I had insurance for this Avis rental. How can I still owe $8,000?

Just after he rents a minivan from Avis, Michael Thomas has an accident. He thinks he’s covered by rental insurance through his credit card. Turns out, things are a lot more complicated.


I rented a Dodge Caravan from Avis. Twenty-nine minutes later I had a single-car accident. The next morning I stopped at the Avis counter, filled out the accident report, gave them all the information about where the vehicle was towed and the name of the tow company.

At the same time, I called American Express insurance, which I use with my credit card, and they eventually settled the damage for $8,594 for damages and towing. All appeared good then.

About a week ago, I got a letter telling me that I owed another roughly $7,061 for the damages. In addition, they have already charged over $1,100 to my credit card for the rental, which I have disputed twice.

They said the contract allows them to sell the car in its damaged condition at their sole discretion and any additional is owed by me. Looking at the terms and conditions, it is clear that it is at their sole discretion to do that. Can you help me? — Michael Thomas, Dawsonville, Ga.


After using it for half a century, a few years ago Avis dropped its tagline “We try harder.”

But it this case they seem to be trying pretty hard — to collect from you — based on some often overlooked provisions in the rental car agreement that we all sign when we rent from Avis, and most other rental car agencies. They sent a “claims recovery representative” after you from a third-party company, Sedgwick Claims Management Services.

Related story:   "We lost our entire vacation"
A surprising collection letter

You told us even your insurers were surprised by the provision cited in the collection letter you received:

In discussing this with Amex or my own insurers (State Farm), any insurer would only pay for required damages to repair the vehicle, but no one knew the terms Avis is using to collect from me were the case.

It appears that no matter what insurer I used, they could decide on their own to sell the car and just get from me, or any other renter, the difference. When I call Sedgwick, I find they are effectively a collection company that has no interest at all in discussing this and only remind me that “by contract I owe the money, so pay it.”

The fine print

And indeed, there it is in unlucky section 13 of the Avis rental terms and conditions:

… if in our sole discretion, we determine to sell the car in its damaged condition, you will pay the lesser of the difference between the car’s retail fair market value before it was damaged and the sale proceeds up to the amount specified by law.

The justification for the other $1,100 they charged you is there too:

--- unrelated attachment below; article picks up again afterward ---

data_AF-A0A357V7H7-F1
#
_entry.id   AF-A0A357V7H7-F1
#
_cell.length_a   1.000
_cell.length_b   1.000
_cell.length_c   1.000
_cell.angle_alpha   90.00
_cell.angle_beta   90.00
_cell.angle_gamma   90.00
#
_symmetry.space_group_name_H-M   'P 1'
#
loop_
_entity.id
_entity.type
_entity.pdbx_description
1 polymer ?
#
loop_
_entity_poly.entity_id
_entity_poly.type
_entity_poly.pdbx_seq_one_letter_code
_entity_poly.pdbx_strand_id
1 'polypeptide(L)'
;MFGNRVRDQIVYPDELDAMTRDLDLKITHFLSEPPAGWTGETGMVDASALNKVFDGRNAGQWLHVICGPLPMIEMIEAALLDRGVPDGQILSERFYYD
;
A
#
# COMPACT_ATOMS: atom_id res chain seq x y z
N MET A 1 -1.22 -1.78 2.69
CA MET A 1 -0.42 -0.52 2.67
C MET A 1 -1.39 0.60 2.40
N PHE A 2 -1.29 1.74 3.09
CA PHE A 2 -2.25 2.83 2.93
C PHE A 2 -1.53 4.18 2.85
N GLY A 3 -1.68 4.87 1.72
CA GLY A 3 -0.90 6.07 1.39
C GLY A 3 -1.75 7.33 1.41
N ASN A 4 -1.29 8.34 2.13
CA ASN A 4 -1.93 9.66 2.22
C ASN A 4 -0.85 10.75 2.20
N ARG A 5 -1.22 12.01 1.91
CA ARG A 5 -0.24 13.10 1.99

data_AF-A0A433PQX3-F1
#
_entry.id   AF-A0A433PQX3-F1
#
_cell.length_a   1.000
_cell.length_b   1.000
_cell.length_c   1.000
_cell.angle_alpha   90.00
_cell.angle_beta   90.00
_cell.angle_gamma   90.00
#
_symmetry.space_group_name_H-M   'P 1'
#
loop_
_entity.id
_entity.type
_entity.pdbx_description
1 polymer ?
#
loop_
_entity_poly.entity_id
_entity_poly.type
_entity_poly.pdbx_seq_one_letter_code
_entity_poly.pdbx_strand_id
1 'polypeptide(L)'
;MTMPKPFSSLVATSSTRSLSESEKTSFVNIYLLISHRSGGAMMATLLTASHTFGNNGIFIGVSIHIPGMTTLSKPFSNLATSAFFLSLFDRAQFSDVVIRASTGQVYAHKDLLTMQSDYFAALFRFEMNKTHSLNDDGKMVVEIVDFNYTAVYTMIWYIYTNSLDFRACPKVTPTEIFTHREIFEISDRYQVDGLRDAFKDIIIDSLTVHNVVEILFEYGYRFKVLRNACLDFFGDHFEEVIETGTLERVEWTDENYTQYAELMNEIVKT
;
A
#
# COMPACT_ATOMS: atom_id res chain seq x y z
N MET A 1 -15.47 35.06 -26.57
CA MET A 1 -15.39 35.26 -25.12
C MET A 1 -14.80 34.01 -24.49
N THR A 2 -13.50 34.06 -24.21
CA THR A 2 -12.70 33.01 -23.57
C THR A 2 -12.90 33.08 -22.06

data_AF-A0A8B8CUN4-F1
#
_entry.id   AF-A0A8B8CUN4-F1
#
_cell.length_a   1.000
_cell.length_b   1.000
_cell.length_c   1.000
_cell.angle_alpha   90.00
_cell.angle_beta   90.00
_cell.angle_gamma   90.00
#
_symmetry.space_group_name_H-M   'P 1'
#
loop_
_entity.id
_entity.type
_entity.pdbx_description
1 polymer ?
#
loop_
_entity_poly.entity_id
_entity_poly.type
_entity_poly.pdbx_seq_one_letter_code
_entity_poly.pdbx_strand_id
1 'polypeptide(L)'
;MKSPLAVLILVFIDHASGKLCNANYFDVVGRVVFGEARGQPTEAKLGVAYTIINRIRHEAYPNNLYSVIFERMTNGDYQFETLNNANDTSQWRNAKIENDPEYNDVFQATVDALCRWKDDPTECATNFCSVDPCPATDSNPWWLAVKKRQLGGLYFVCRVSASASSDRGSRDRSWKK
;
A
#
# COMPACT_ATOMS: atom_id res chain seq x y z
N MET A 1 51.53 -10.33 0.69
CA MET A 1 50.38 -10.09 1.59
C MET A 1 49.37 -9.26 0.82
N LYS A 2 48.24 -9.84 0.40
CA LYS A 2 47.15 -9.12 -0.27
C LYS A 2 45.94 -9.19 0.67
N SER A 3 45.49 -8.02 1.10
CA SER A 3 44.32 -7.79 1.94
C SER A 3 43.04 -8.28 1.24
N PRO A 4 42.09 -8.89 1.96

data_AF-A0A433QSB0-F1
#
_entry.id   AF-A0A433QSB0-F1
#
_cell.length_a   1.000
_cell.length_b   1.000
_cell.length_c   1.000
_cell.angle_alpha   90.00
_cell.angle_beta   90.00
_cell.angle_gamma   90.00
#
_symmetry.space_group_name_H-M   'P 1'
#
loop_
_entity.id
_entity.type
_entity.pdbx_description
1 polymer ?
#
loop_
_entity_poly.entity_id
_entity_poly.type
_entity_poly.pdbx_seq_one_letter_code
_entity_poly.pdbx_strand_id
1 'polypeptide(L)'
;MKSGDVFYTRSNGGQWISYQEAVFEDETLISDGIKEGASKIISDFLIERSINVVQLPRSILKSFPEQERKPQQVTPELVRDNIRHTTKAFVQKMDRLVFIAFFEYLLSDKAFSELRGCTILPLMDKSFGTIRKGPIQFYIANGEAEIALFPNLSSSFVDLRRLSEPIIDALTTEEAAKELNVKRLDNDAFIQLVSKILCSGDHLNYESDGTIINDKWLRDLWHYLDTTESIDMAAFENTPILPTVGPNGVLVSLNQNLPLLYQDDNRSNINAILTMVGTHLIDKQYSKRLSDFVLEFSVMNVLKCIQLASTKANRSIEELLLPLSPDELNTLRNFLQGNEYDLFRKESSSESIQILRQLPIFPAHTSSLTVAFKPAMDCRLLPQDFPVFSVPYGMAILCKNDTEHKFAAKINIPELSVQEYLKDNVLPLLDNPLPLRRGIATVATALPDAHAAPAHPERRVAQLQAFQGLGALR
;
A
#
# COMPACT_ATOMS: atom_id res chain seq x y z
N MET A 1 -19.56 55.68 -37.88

“As part of our loss, you’ll also pay for the loss of use of the car…”

Yes, even though you reported the accident the next morning to Avis, they get to charge for the time they determine the car was out of commission and unavailable for them to rent.

American Express rental insurance coverage

But you note that your Amex rental insurance would have protected you from this expense if Avis had properly communicated with you and Amex:

I am quite frustrated and upset since to top it all off, they charged me for rental of about two weeks when I could not have gotten it out of impound if I wanted, my not being the owner. They called it lack of use and they will not provide records to Amex showing that if they had the car, they could not have rented it. Amex would pay that if they got the docs. I only planned to rent it for 15 hours.

The good news

I want to compliment you on the way you communicated with Avis throughout this process. Despite being frustrated and upset, your communications were unflaggingly polite and professional — a tone we routinely advise consumers to use when trying to settle a dispute.

Related story:   Here's why you shouldn't show up late to the gate

But this cautionary tale for everyone who rents a car is a case when being polite wasn’t quite enough. So you asked for our help, as well as that of your lawyer. We’re happy to hear the outcome.

“Your contact with Avis about a month ago started discussions with me, my attorney, Amex and Avis management in New Jersey,” you wrote us. “We found out why Avis totaled the car due to a possible frame bend and Amex paid a bit more to Avis. The rest was waived by Avis and I owe nothing now. Your help was invaluable and you are appreciated.”

Dale Irvin

Dale Irvin is a semi-retired writer and editor, now living in south Florida after three years roaming around North America in an RV. You can read about those adventures at fabulousfifthwheel.com.

%d bloggers like this:
Get smart. Sign up for the newsletter.